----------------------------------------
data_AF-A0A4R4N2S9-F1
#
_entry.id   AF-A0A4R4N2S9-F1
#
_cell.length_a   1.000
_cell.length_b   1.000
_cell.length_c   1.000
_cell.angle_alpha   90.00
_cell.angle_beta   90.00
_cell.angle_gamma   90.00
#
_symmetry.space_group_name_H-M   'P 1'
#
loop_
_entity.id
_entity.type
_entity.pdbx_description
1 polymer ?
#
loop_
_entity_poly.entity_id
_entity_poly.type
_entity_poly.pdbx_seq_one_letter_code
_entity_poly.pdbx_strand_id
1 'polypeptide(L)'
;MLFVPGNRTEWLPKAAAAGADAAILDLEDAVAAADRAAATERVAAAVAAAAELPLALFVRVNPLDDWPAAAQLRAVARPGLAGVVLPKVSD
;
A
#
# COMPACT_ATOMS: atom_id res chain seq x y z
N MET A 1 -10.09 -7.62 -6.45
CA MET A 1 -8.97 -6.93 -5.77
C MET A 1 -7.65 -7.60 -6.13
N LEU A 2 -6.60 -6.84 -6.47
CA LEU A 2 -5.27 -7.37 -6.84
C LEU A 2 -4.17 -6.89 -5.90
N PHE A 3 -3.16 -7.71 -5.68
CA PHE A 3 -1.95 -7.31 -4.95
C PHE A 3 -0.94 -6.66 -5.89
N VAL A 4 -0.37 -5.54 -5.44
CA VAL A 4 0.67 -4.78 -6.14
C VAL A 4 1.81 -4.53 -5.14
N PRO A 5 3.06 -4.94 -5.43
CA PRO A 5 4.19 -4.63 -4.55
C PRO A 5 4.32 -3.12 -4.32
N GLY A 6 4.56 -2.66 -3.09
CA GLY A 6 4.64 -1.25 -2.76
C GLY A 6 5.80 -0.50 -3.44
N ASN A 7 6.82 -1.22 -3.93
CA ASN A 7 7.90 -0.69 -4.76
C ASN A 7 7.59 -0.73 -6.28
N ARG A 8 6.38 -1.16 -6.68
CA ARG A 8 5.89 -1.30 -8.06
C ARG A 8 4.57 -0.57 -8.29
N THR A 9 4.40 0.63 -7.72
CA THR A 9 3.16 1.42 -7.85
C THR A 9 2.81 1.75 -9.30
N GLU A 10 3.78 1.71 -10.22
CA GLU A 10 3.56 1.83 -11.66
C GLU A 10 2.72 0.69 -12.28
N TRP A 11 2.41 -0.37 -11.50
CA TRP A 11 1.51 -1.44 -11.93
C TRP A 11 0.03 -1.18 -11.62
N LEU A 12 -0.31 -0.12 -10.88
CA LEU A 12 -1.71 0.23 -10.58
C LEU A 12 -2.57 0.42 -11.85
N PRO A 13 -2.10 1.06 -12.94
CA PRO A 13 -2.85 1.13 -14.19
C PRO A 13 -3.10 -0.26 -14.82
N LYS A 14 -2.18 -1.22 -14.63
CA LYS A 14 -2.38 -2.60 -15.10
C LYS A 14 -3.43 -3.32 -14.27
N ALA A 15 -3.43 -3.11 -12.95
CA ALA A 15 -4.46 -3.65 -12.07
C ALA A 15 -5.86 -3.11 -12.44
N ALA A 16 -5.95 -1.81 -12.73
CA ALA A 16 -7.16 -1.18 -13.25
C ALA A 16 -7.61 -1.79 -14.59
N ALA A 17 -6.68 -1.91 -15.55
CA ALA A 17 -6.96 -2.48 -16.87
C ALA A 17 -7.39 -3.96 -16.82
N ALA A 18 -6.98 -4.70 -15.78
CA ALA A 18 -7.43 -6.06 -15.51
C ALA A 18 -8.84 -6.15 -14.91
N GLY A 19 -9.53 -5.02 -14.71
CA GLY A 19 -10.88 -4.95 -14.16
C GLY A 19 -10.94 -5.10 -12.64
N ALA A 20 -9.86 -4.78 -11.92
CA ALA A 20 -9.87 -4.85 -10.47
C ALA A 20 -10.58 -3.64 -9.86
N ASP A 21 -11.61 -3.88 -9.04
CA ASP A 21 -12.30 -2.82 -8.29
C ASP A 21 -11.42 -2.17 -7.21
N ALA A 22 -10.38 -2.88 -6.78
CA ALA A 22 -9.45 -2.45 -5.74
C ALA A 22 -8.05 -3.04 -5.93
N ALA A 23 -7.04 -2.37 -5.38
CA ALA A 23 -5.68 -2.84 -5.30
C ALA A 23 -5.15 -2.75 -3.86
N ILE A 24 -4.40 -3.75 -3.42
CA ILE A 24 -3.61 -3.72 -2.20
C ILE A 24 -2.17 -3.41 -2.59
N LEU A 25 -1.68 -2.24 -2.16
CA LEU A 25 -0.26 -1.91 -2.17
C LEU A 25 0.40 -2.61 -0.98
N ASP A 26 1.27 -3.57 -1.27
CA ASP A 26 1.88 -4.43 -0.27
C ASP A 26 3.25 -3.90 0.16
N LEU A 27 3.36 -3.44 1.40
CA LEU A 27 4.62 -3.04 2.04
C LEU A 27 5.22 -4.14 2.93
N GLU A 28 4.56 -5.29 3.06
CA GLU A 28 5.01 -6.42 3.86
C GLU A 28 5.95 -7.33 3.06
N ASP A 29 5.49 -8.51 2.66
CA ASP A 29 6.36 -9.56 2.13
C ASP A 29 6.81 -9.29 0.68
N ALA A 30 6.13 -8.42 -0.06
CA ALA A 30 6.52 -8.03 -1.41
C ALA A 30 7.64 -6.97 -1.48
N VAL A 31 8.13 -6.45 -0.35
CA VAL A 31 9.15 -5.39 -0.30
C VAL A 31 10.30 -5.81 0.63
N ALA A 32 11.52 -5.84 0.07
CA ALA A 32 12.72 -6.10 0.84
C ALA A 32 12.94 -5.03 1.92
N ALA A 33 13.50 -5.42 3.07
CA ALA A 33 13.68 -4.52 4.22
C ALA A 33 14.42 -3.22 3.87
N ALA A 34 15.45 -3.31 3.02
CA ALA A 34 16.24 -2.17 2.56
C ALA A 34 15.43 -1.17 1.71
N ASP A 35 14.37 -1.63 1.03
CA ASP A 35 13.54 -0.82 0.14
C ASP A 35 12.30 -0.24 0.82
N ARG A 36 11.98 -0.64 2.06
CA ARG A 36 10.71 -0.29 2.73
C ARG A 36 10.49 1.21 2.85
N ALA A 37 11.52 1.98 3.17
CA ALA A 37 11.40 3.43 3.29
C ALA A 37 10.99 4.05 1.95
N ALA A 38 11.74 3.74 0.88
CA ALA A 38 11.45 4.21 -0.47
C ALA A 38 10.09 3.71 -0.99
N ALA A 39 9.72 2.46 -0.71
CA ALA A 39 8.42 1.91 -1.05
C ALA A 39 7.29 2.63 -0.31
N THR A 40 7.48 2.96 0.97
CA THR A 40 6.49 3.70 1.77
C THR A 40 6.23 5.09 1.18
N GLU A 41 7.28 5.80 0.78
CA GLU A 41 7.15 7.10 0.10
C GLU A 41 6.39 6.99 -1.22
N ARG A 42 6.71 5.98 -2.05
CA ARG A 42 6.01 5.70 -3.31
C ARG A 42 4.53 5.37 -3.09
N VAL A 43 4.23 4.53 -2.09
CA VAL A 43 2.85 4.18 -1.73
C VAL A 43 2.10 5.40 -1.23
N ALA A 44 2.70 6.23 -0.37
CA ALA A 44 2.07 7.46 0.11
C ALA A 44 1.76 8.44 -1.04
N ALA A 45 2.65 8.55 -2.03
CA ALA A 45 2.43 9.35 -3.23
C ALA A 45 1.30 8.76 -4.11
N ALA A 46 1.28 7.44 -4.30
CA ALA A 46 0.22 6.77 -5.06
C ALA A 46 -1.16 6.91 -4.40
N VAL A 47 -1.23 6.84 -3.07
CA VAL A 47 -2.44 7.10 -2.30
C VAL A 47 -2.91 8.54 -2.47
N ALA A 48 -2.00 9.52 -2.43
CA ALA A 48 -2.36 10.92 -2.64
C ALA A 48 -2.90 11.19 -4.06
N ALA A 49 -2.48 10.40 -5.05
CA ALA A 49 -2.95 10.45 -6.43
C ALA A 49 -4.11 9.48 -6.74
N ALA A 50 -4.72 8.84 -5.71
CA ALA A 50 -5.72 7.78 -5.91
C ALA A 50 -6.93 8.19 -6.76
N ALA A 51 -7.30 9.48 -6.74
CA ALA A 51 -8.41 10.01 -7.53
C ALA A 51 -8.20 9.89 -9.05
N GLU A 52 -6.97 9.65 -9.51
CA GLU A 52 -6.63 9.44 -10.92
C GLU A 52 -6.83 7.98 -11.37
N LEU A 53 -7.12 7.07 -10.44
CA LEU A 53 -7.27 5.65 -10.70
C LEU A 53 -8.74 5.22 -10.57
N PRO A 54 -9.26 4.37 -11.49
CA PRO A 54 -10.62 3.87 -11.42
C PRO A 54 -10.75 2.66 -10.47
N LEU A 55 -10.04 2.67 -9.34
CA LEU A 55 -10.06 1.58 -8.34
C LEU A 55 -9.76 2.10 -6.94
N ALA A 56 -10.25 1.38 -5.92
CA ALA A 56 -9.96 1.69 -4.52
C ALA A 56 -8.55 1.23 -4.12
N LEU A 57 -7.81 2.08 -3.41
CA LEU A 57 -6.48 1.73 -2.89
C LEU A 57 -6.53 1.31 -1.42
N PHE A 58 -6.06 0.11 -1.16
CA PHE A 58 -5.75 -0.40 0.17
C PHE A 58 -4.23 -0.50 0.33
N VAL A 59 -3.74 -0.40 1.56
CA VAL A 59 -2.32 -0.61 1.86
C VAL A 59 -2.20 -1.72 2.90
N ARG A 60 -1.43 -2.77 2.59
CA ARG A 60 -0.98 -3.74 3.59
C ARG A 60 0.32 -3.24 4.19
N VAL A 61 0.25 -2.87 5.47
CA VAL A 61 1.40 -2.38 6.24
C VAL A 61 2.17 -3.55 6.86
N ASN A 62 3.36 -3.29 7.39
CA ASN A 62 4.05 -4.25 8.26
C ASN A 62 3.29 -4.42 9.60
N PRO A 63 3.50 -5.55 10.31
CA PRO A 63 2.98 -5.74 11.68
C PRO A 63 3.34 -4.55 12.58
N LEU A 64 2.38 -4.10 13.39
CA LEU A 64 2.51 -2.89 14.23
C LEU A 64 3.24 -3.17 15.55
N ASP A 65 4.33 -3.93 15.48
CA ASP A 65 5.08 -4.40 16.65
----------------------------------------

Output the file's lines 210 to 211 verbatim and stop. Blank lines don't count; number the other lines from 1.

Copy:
C ARG A 60 0.32 -3.24 4.19
N VAL A 61 0.25 -2.87 5.47